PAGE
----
MICHIGAN HISTORY: The Only Lynching in Ingham County, 1866
THE FOLLOWING TEXT IS BASED ON INFORMATION THE MEDIA HAS RECENTLY GIVEN THE PUBLIC. AS WITH ANY STORY, ESPECIALLY ONE AS OLD AS 1866, ALL FACTS ARE NEVER PRESENT AND STORIES CHANGE FROM HAND-TO-HAND. PLEASE KEEP THIS IN MIND AS YOU PERUSE THE STORY BELOW.
It was Ingham County's only known lynching, and whether or not the hanged man was guilty of his crime is still in question.
By the summer of 1866, seventeen-year-old African-American John Taylor had been a slave in Kentucky, followed by a hitch in Michigan’s Company G of the First Colored Infantry, according to the Holt-Delhi Historical Society. When the Civil War ended, Taylor came to Michigan and looked for work. He ended up working on the farm of John Buck.
When Taylor decided to seek labor elsewhere, Buck refused to pay him his wages, which came to a whopping two dollars and fifty cents. Now here's where the facts differ. The rumor spread that Taylor was so upset, he wiped out all four members of the Buck family - Buck and three females - with an axe. However, the Ingham County News was quoted as refuting, “not one drop of blood was shed” and all family members were very much alive.
Now, it's the mid-1800's, so which tale do you think ignorant townspeople back then would believe? The killings, of course.
Authorities hunted Taylor down, found him in Bath Township, and incarcerated him in Mason. Just like in the old western movies, an angry mob stormed the jail and demanded that the prisoner be turned over to them for their own brand of punishment.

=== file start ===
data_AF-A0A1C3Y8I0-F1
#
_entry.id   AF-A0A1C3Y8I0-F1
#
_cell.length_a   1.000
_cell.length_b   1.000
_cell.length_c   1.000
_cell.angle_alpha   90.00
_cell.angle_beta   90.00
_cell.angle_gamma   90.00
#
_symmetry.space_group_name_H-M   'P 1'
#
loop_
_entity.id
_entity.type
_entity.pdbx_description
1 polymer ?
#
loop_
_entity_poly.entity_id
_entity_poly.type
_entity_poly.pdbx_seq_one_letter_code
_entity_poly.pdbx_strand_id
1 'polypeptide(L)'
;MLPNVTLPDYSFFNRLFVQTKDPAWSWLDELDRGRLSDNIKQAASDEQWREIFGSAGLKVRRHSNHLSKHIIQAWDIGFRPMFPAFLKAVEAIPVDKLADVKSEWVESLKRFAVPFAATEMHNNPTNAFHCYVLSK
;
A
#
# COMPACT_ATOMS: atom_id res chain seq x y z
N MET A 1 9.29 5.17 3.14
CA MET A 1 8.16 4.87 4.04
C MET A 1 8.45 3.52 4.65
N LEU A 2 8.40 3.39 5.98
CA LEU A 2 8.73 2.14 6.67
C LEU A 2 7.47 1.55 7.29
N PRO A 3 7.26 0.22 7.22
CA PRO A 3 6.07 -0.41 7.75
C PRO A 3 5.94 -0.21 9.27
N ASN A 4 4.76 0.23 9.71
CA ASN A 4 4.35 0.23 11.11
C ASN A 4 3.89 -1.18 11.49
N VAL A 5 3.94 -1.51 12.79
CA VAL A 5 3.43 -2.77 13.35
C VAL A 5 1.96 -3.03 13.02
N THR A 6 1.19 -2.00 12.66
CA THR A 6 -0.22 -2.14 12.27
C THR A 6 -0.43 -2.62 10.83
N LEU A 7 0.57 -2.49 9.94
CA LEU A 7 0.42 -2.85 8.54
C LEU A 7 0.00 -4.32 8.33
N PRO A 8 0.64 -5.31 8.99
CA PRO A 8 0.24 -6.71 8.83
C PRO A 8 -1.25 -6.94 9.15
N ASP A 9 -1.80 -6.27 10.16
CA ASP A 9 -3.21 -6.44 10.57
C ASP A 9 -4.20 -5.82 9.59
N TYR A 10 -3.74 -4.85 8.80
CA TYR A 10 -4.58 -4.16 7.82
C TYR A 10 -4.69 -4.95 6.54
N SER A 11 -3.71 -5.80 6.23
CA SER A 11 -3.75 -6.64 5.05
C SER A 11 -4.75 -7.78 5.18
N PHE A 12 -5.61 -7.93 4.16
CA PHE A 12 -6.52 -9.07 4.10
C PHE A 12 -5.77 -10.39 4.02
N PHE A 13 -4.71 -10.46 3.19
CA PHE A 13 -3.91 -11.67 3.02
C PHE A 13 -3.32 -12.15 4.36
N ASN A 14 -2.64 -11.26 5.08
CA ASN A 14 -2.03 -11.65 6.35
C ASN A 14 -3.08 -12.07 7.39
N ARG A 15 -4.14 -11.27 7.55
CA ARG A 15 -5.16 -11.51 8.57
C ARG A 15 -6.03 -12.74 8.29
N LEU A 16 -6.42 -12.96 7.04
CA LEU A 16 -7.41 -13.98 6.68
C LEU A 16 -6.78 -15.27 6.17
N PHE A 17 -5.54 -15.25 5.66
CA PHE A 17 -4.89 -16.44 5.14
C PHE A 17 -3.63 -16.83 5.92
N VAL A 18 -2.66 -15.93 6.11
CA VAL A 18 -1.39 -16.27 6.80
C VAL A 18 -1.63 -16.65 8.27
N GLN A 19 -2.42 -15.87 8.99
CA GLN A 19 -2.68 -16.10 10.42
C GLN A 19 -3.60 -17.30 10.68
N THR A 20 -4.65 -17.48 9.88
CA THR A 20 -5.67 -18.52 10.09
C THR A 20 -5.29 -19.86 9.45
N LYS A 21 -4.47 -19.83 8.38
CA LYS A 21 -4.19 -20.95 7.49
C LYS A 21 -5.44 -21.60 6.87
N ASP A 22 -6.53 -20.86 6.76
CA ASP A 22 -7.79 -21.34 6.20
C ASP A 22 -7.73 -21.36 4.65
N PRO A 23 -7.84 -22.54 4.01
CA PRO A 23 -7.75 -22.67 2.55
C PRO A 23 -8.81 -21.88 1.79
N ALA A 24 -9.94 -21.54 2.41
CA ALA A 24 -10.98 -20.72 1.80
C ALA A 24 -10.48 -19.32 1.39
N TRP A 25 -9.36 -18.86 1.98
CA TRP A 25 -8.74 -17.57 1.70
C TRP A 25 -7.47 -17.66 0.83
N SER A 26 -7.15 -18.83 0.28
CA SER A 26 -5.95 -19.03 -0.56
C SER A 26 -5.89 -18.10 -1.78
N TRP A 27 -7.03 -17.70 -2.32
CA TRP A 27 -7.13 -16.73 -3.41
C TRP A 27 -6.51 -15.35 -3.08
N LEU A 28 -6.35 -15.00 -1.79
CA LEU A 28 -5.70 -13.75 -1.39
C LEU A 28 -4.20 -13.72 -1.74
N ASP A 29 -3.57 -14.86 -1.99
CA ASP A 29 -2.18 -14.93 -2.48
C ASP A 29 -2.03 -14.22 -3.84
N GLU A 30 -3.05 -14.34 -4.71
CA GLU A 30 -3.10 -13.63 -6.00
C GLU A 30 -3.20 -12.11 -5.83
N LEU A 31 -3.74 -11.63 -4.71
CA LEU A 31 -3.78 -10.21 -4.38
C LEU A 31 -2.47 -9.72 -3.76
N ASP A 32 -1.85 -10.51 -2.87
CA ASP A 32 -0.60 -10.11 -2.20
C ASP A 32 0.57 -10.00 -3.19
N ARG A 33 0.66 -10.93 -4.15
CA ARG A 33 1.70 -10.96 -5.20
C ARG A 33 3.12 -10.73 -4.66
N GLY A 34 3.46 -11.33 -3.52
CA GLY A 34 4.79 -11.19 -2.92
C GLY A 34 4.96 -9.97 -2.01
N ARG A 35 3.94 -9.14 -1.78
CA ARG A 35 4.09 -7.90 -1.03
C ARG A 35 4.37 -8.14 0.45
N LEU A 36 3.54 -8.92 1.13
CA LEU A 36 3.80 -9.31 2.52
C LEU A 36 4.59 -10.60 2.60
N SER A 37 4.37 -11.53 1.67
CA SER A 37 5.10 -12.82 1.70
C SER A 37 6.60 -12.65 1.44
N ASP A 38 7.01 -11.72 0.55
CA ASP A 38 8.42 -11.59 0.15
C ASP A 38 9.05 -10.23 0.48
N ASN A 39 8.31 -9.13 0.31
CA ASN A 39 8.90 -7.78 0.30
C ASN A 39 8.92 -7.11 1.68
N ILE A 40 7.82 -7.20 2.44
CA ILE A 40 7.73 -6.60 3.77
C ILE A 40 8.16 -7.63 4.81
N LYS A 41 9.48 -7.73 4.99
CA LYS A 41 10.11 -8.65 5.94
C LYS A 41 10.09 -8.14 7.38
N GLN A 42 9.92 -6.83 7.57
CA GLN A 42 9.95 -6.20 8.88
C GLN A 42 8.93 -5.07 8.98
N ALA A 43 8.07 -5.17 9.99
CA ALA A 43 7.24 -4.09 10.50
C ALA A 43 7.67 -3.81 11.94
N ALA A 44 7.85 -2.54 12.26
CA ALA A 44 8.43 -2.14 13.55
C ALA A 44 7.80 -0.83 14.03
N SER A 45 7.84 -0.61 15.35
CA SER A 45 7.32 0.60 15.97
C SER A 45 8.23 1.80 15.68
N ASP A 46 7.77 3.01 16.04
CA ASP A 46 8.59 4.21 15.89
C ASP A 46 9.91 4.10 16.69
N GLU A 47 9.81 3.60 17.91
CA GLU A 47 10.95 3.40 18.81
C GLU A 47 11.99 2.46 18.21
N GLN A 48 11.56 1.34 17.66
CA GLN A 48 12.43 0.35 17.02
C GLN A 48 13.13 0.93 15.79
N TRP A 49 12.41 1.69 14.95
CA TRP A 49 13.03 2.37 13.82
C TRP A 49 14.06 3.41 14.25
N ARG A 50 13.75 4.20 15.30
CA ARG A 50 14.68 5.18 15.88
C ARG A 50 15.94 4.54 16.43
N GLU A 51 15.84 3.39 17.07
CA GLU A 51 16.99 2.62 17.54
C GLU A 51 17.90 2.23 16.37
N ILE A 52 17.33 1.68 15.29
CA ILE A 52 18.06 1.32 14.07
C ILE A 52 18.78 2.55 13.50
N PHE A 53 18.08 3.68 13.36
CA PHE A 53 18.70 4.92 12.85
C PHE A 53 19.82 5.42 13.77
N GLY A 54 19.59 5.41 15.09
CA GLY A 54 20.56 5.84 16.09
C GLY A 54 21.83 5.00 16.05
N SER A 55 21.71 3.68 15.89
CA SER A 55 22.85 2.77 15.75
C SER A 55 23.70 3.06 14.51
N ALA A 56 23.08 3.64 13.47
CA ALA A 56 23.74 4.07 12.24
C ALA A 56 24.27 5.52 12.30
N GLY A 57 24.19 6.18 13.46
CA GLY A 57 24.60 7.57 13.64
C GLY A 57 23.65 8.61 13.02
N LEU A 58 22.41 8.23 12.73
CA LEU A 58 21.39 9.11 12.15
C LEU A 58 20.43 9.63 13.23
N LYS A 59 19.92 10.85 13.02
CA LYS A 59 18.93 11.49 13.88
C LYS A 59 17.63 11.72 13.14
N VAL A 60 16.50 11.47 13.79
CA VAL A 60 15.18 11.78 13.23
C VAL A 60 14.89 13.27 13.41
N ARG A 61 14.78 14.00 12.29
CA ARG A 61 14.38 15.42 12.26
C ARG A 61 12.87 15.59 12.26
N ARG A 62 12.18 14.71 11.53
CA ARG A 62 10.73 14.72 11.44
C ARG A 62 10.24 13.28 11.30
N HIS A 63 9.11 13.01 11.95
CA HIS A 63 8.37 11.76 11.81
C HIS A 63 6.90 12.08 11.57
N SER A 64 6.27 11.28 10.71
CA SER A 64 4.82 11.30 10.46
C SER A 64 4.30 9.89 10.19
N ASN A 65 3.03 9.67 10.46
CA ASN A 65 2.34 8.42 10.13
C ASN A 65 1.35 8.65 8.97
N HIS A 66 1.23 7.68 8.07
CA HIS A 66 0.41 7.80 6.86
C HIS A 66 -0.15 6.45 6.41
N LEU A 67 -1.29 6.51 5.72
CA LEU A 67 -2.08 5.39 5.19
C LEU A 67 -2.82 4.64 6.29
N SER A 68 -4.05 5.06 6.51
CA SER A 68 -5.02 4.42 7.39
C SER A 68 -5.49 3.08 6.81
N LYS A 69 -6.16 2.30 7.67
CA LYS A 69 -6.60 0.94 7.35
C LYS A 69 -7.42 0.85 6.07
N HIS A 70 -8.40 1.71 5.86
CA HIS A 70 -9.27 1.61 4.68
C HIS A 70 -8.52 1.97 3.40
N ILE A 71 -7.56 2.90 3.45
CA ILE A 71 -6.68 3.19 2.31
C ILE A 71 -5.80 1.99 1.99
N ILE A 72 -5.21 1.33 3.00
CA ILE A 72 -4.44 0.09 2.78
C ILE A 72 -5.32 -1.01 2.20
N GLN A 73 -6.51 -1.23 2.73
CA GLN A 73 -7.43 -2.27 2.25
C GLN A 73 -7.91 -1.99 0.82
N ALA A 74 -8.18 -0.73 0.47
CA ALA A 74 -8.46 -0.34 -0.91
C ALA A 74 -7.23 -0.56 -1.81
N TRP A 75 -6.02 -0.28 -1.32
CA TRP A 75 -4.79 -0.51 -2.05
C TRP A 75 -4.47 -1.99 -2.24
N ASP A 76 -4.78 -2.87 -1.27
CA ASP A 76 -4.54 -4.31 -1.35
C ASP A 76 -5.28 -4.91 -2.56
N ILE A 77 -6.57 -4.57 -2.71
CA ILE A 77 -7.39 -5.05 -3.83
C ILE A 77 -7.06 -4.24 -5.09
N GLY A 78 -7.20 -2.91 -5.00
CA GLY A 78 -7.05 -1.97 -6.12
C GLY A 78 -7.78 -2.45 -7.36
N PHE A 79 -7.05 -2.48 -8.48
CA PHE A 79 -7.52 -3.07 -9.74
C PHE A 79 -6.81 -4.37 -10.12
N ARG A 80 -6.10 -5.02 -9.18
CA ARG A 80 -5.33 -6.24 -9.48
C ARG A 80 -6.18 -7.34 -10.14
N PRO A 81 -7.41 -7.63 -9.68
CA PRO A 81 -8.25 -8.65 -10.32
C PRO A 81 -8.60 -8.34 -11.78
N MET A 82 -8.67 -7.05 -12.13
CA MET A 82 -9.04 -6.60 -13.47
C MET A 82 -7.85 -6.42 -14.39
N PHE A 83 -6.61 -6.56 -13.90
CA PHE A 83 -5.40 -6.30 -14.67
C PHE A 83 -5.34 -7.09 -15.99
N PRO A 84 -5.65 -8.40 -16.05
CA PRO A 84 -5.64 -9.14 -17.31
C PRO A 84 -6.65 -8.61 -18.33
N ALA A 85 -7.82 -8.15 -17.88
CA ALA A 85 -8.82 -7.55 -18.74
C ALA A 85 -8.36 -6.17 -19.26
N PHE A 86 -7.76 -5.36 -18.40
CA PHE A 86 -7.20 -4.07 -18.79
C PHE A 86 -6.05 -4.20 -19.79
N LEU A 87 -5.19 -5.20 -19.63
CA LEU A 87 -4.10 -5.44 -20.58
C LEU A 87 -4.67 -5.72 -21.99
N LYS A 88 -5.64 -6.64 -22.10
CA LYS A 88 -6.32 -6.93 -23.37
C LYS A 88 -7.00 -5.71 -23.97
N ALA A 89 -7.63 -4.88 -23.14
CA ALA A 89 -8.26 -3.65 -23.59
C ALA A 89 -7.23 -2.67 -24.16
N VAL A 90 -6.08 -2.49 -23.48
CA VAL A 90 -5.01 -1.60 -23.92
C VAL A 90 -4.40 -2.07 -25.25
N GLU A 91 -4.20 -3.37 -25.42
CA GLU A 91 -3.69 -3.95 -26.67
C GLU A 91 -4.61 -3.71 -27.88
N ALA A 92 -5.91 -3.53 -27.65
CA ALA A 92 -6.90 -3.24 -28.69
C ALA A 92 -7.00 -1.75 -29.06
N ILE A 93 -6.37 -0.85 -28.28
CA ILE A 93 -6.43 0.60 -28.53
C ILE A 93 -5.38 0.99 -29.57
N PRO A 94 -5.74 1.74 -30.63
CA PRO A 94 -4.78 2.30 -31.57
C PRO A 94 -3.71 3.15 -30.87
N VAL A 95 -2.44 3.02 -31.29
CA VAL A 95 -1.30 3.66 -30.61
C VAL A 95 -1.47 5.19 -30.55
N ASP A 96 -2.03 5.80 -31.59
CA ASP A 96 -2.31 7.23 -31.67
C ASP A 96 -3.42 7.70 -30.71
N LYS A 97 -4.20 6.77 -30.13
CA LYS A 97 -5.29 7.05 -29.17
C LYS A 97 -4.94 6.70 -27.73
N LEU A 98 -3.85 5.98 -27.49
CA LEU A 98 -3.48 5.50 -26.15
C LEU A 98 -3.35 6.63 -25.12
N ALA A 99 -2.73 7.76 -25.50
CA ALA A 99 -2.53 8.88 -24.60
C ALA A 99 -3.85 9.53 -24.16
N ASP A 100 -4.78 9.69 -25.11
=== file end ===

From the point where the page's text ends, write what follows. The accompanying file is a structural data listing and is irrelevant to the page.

Whether the sheriff, Frederick Moody, willingly allowed the mob to take the prisoner has been a point of discussion. The vigilantes rushed the jail, smashed through the doors, held firearms at Taylor, and dragged him outside. One of the mob members told Taylor to say his prayers...following his prayer, Taylor was lynched and shot three times. His body was cut into pieces and buried in a shallow grave on a Delhi Township farm.
Not long afterward, his body was dug up and re-buried in what is now called 'Deadman's Hill' within 'Deadman's Park' between Holt and Mason, just off Cedar Street.
Out of 100 members of that vigilante group, only three were charged. Out of those three, only one man – William Cook - was brought to trial. He was found 'not guilty' thanks to the defense of former Governor Austin Blair.
John Taylor was brutally executed just three days before his eighteenth birthday: August 23, 1866. To this day, no one knows where his remains are. Are they still in the hill, where families and children go sledding during winter? That's the question.
On November 12, 2019, Deadman's Park was re-named “John Taylor Memorial Park” and there is now an Historical Marker at the site. If you've never been there, now you have a reason. Go check out the marker when you get a chance.